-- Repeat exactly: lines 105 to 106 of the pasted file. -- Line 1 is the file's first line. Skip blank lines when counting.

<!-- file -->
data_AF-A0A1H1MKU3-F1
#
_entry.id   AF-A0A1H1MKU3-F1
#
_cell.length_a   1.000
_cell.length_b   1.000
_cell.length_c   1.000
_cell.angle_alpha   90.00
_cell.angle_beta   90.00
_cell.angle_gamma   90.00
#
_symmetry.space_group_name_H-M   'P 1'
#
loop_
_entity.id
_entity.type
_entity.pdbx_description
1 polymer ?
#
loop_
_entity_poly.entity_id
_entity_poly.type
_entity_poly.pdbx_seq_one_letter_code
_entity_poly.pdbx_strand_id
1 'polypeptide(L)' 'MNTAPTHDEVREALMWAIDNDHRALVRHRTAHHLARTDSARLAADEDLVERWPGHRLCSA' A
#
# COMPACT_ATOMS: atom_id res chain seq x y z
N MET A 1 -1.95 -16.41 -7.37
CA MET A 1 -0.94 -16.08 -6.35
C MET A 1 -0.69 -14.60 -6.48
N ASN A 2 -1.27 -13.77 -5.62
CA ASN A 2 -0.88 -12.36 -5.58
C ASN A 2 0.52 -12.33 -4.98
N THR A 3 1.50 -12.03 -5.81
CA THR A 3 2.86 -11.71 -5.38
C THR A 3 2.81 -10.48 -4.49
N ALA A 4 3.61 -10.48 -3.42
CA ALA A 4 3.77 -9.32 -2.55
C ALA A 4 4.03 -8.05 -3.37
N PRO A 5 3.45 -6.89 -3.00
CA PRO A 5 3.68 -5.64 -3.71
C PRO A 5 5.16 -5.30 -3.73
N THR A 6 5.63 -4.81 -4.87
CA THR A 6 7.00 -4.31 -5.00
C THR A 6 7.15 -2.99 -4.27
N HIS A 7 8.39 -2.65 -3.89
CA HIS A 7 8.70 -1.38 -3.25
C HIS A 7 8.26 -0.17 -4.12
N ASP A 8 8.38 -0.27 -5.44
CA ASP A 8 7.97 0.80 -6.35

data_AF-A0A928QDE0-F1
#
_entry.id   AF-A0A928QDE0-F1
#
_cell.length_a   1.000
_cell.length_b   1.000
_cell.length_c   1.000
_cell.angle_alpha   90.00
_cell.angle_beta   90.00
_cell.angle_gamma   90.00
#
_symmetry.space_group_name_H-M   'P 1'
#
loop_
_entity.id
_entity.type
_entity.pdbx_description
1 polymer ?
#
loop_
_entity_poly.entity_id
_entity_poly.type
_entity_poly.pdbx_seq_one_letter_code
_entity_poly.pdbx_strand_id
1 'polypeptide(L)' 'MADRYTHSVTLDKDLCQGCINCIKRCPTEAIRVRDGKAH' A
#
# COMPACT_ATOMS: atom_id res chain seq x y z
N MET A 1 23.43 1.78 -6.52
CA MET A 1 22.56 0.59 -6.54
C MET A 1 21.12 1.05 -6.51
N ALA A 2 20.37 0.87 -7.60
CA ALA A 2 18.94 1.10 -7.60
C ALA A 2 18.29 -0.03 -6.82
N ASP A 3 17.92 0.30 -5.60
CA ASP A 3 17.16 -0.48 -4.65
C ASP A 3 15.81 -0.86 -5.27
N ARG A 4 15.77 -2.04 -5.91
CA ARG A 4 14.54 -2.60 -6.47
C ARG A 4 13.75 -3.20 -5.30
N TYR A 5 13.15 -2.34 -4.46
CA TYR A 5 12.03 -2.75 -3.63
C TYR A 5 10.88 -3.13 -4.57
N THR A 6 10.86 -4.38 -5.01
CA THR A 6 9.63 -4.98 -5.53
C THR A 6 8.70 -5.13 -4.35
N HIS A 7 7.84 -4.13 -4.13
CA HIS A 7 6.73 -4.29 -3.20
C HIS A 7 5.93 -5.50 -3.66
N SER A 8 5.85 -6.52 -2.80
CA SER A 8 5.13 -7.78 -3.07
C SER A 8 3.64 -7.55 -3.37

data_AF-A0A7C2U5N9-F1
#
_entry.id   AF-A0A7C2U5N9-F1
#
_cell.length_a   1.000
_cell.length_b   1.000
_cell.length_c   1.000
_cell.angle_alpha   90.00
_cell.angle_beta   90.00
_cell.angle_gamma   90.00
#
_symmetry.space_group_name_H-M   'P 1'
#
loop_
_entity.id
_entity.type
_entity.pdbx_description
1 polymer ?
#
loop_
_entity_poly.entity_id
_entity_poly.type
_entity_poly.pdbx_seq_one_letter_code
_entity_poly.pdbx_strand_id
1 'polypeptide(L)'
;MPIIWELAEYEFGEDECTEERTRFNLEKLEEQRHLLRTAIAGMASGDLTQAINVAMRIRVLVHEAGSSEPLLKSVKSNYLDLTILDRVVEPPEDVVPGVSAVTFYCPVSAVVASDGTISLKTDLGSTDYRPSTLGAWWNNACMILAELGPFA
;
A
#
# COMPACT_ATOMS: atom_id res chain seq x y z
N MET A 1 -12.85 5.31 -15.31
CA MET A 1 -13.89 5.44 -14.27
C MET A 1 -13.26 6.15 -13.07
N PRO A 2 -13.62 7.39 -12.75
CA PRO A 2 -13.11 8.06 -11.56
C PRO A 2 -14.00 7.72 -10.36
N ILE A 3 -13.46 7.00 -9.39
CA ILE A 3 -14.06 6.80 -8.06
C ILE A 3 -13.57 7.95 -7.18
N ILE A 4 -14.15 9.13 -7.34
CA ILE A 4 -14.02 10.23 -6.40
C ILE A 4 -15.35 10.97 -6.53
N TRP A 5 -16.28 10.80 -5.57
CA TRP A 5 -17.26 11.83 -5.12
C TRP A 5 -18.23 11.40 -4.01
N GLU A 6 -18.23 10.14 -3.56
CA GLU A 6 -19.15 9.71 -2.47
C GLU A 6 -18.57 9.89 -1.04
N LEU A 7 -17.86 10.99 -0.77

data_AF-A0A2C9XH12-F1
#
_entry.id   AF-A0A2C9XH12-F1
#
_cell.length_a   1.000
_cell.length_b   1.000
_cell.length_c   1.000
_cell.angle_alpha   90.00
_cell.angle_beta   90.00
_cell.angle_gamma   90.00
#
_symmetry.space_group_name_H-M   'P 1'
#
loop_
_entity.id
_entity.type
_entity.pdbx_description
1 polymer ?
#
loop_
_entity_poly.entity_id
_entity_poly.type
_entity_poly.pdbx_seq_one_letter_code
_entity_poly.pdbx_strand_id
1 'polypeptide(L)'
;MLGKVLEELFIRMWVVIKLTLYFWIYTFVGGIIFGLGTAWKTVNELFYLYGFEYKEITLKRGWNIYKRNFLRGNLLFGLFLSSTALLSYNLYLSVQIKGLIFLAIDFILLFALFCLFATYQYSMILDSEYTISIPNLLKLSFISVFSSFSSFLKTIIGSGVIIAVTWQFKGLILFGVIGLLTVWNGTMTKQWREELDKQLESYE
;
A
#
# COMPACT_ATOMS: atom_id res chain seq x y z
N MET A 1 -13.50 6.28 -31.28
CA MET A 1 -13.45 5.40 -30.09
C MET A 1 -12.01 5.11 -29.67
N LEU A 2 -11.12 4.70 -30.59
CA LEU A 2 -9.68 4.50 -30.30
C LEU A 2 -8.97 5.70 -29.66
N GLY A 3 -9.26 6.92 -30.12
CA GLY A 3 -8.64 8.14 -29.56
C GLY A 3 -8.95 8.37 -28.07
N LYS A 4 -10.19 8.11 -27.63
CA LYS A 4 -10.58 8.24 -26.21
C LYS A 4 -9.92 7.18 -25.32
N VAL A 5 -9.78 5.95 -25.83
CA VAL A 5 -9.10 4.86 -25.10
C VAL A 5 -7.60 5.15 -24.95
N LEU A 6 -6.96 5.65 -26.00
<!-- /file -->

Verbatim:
#
_cell.length_a   1.000